World stocks eye best month since late 2020 | Inquirer Business

World stocks eye best month since late 2020

/ 04:53 PM July 29, 2022
Stock exchange in Germany

The German share price index DAX graph is pictured at the stock exchange in Frankfurt, Germany, July 22, 2022. REUTERS/Staff

LONDON/SINGAPORE – Global stocks rose on Friday, on course for their best month since late 2020 as traders bet a weakening U.S. economy could slow the pace of monetary tightening in the world’s largest economy, while the dollar struggled broadly against its rivals.

As inflation surges across major markets and central bankers fight to raise rates without killing off growth, riskier markets like stocks have tended to react positively to any softening in sentiment on the part of policymakers.

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After Thursday data showing a second-quarter contraction for the U.S. economy helped U.S. markets rise strongly, European shares shrugged off weakness in Asian markets overnight to gain at the open.

Futures markets now predict that U.S. interest rates will peak by December this year compared to June 2023 at the start of July month and the Federal Reserve will cut interest rates by nearly 50 bps next year to support slowing growth.

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The MSCI World index was last up 0.3 percent, on course for a near-6 percent  monthly gain, its best since November 2020, buoyed by broad gains across European markets, with the STOXX Europe 600 up 0.8 percent.

U.S. stocks look set to gain later in the session, with futures for the S&P 500 and Nasdaq up 0.7 percent and 1.4 percent, respectively, buoyed in part by strong overnight earnings from Amazon and Apple.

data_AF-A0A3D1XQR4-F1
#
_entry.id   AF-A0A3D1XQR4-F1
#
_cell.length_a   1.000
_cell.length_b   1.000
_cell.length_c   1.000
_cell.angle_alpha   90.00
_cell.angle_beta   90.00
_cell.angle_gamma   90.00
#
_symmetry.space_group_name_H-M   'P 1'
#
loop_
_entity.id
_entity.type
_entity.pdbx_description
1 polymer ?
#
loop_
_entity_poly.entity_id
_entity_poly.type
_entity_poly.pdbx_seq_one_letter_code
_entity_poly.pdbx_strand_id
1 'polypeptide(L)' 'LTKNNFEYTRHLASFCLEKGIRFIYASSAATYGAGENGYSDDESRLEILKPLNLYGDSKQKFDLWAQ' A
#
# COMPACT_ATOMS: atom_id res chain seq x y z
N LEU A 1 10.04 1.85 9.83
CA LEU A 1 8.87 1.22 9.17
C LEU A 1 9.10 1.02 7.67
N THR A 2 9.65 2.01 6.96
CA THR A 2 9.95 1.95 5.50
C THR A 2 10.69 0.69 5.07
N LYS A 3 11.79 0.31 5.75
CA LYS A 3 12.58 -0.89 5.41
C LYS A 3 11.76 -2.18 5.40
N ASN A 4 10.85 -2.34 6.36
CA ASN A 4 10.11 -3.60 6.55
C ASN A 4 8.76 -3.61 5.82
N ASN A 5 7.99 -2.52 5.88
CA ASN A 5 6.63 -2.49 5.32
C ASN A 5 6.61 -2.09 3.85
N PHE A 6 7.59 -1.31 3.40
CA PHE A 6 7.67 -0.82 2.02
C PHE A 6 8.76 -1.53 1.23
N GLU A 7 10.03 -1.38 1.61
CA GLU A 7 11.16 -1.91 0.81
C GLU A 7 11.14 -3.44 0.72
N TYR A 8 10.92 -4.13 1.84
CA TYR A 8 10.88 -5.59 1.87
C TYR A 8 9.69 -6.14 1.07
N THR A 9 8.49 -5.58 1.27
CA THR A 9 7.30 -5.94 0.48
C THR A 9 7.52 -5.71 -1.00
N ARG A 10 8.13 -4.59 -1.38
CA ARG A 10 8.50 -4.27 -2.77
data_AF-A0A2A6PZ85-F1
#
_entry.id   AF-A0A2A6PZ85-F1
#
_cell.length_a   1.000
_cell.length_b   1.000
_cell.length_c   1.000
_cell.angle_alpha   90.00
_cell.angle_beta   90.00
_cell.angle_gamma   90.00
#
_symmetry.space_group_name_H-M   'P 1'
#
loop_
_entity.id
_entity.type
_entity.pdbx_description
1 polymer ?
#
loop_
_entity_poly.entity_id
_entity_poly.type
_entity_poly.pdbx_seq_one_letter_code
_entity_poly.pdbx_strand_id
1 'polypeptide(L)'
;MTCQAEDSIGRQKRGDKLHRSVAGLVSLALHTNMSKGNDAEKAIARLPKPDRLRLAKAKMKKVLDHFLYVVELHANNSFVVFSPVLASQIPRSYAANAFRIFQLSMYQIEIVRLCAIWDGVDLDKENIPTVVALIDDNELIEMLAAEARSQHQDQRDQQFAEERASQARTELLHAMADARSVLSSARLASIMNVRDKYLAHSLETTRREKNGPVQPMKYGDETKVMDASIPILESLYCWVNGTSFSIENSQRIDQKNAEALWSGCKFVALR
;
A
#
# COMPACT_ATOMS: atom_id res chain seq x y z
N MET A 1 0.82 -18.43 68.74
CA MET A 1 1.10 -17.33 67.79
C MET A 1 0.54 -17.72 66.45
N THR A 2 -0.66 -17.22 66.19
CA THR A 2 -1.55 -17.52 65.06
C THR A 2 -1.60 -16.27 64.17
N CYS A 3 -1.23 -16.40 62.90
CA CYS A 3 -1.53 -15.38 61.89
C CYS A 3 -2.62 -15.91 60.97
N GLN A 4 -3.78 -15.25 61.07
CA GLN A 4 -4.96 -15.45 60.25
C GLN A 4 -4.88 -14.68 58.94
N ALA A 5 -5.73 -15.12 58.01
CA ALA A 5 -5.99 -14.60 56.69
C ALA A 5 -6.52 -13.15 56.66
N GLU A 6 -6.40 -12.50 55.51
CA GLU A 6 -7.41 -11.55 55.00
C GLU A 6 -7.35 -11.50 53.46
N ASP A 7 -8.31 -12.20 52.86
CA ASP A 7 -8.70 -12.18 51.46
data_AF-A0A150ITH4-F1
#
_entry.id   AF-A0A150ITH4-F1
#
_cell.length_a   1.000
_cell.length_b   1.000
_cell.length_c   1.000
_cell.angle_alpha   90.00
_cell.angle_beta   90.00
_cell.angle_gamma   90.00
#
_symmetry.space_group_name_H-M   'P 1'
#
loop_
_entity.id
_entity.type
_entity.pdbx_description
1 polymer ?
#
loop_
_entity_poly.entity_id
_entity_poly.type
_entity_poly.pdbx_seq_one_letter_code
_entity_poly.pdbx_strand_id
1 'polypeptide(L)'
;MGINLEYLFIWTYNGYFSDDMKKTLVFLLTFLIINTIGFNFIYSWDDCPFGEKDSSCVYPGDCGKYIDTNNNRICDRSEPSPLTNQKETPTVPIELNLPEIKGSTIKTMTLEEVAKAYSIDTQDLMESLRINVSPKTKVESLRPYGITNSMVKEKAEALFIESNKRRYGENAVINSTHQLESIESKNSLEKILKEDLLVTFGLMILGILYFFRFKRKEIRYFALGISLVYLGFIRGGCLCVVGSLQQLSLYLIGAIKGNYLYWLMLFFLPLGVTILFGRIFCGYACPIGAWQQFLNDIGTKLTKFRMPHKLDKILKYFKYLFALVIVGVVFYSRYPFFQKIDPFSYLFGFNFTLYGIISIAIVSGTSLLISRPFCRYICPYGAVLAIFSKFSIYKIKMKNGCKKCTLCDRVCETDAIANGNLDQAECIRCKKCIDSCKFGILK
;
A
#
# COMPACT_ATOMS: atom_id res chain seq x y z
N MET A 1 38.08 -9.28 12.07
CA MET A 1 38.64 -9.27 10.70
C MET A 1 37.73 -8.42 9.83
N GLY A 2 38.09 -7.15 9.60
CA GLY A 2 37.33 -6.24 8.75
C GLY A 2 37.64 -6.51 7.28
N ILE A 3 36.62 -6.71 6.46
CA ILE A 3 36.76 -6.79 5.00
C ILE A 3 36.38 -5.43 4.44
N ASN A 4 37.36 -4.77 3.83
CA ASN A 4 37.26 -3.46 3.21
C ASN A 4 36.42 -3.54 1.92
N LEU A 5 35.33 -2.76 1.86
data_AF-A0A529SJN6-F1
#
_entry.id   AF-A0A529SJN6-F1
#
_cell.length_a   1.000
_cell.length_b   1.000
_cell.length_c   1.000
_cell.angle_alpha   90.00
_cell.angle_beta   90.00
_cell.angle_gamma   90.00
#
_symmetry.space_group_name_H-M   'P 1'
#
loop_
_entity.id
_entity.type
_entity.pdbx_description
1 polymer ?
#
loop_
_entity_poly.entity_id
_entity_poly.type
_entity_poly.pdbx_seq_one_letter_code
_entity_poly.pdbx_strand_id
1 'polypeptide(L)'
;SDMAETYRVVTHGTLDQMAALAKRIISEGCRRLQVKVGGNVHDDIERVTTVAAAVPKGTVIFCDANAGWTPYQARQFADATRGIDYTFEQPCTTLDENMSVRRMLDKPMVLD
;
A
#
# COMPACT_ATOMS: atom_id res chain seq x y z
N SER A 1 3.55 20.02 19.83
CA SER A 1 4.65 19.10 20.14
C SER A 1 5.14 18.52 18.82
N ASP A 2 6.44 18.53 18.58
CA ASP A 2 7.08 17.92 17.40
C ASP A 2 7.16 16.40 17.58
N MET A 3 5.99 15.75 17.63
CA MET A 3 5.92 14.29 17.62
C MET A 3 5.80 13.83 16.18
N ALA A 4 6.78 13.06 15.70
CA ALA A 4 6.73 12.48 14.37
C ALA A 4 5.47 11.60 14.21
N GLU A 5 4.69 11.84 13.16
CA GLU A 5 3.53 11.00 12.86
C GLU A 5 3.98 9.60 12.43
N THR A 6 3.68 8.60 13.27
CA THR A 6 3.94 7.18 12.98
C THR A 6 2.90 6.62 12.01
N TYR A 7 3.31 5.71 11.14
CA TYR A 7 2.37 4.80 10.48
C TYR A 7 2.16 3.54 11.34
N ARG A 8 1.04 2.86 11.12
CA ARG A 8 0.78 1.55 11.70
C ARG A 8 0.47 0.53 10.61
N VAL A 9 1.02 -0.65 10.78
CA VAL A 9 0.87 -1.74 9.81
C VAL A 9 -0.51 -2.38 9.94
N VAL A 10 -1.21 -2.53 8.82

Despite the positive end to the month for stocks, Mark Haefele, Chief Investment Officer at UBS Global Wealth Management, said investors should proceed with caution.

“In the near term, we think the risk-reward for broad equity indexes will be muted. Equities are pricing in a ‘soft landing’, yet the risk of a deeper ‘slump’ in economic activity is elevated.”

Some of that concern had been evident in Asian stock markets overnight, after Beijing omitted reference to its full-year GDP growth target after a high-level Communist Party meeting.

MSCI’s broadest index of Asia-Pacific shares outside Japan fell 0.3 percent.

News in the prior session that U.S. gross domestic product had shrunk 0.9 percent last quarter, to add to a 1.6 percent contraction in the quarter before that, weighed on the country’s bond yields and the greenback and both remained subdued on Friday.

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The weakness came despite the Federal Reserve on Wednesday k delivering an aggressive interest rate hike of 75 basis points, its third this year.

The yield on benchmark 10-year Treasury notes recovered slightly from its overnight lows to trade at 2.6975 percent while the two-year note’s yield, which typically moves in step with interest-rate expectations, was at 2.8500 percent.

The dollar was last down 0.5 percent against a basket of its major peers – yet still on course for a second month of gains – leaving the yen eyeing its best month in two years as the fall in U.S. Treasury yields weighed on the greenback.

In Europe, Germany’s 10-year bond yield – the benchmark for the euro zone – was up almost 5 basis points in early trade at 0.85 percent yet that still leaves it down 50 bps on the month, on course for its weakest showing since 2010.

Across commodities, Brent crude futures and U.S. West Texas Intermediate crude were last up 1.3 percent-1.7 percent as concerns about supply shortages ahead of the next meeting of OPEC ministers just about offset doubts around the economic outlook.

Gold extended its overnight gains to trade up 0.6 percent to $1,765 an ounce, helped by the weaker dollar.

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TAGS: global stocks, monetary tightening
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